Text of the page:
As an actress, producer, entrepreneur, mental health activist, mother, and much more, Henson has found her purpose(s) in the world. Asked about advice that she has for the young Black men and women who find her inspirational, Henson turned to the advice she received from her own father growing up: Pay attention to the people you are around.

“He would always say ‘get away from the people with your same problems and get to those with your solutions,’” she said.

“If I wanted to be an actress, I wasn’t going to find it at North Carolina A&T studying math or science,” said Henson, referring to her short time studying engineering. She’d been inspired by her close friend who was doing the same, but eventually transferred to Howard University, where she completed her BFA in Drama. “That’s not my solution. I’m not a scientist. I had to get around those who had my solution.”

Despite failing precalculus, Henson went on to act as a mathematician in “Hidden Figures” — an irony she recognizes and appreciates.

“They had a math coach come on. And he tried to teach me, and I said, ‘No, sweetie, no no I’ve been down that road before. My brain, no. When you start talking, you sound like the Peanuts teacher,’” said Henson, laughing the whole time.

Laughter is incredibly important to Henson. To her, mental health care is just one of the many important aspects of healing; finding laughter every day is another one. It’s how Henson makes sure she sparks joy — one of the themes of Cultural Rhythms this year — in her life.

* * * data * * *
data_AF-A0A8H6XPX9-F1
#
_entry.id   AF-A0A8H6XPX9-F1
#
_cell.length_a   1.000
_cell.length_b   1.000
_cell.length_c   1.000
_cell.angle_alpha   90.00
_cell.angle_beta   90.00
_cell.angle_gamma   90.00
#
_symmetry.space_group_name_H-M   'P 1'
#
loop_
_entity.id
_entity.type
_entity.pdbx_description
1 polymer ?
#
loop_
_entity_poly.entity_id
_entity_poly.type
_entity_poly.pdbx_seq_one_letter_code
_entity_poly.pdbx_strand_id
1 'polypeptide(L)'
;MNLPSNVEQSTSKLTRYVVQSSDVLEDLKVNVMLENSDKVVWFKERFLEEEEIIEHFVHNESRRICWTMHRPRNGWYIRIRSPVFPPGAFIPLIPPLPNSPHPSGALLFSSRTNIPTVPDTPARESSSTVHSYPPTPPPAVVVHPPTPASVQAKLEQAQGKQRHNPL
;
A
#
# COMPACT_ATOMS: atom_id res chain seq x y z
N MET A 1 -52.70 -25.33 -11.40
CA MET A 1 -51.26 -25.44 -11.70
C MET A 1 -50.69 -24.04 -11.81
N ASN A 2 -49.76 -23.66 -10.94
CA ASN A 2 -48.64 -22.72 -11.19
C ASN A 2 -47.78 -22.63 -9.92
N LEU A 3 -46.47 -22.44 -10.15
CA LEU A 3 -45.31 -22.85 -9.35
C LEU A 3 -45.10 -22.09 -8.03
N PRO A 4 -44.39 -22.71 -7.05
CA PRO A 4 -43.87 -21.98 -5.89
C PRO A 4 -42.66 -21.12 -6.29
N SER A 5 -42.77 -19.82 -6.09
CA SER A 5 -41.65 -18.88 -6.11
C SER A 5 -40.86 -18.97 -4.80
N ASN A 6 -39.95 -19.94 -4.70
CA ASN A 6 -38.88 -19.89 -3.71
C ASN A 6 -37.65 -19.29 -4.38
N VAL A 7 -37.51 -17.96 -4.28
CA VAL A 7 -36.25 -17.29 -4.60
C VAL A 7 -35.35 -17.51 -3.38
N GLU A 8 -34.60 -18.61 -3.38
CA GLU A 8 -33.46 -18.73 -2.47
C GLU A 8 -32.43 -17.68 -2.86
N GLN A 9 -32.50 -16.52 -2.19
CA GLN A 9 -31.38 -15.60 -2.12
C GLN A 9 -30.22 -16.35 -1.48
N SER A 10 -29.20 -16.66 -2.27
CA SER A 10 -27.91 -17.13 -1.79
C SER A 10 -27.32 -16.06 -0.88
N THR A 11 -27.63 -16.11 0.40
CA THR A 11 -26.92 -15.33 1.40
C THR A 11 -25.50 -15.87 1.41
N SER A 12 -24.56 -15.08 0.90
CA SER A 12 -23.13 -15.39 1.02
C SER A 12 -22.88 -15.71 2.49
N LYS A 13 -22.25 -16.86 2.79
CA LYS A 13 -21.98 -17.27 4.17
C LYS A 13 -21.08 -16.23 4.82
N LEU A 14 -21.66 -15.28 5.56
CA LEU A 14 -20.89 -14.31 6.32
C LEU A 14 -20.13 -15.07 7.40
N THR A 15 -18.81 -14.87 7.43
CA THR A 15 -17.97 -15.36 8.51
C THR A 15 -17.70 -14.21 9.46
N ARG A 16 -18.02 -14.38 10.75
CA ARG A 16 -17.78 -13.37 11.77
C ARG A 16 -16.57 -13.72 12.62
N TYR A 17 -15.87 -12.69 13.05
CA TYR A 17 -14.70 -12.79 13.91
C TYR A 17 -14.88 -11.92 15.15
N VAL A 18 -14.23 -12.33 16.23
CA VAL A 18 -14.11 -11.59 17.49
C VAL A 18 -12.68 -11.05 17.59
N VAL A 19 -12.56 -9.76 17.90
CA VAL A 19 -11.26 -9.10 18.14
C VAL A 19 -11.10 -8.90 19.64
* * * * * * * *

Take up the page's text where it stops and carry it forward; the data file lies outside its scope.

“Every day, I laugh — even if it’s at myself,” said Henson. “You better find the humor in everything. You have to! And I’m an undercover comedian. I have great comedic timing. I could probably do comedy, but I was so good at the acting thing.”

Beyond laughter, the most important element of healing to Henson is the truth. “If you are living your truth, at every corner and at every waking, breathing moment, you are healing,” she said.

The word “truth” is tattooed on her left arm, and Henson fights for that truth every day. Knowing that she cannot act every day in her real life and at work, Henson makes sure to wake up every day and live her truth.

“If you are living your truth, you know you need therapy,” she said, laughing again. “If you are living your truth, and you’re real about it, then you are doing the work to heal yourself.”

Henson’s work at the intersection of mental health, social justice, and cultivating joy directly inspired this year’s Cultural Rhythms theme. The actress, activist, mother, and “undercover comedian” will be accepting The Harvard Foundation for Intercultural and Race Relations’ Artist of the Year Award, in partnership with the Office for the Arts at Harvard, on Thursday April 1. The Artist of the Year Ceremony and all other Cultural Rhythms events are open to all Harvard affiliates.

— Staff writer Annie Harrigan can be reached at

Want to keep up with breaking news? Subscribe to our email newsletter.

On CampusArtsCampus Arts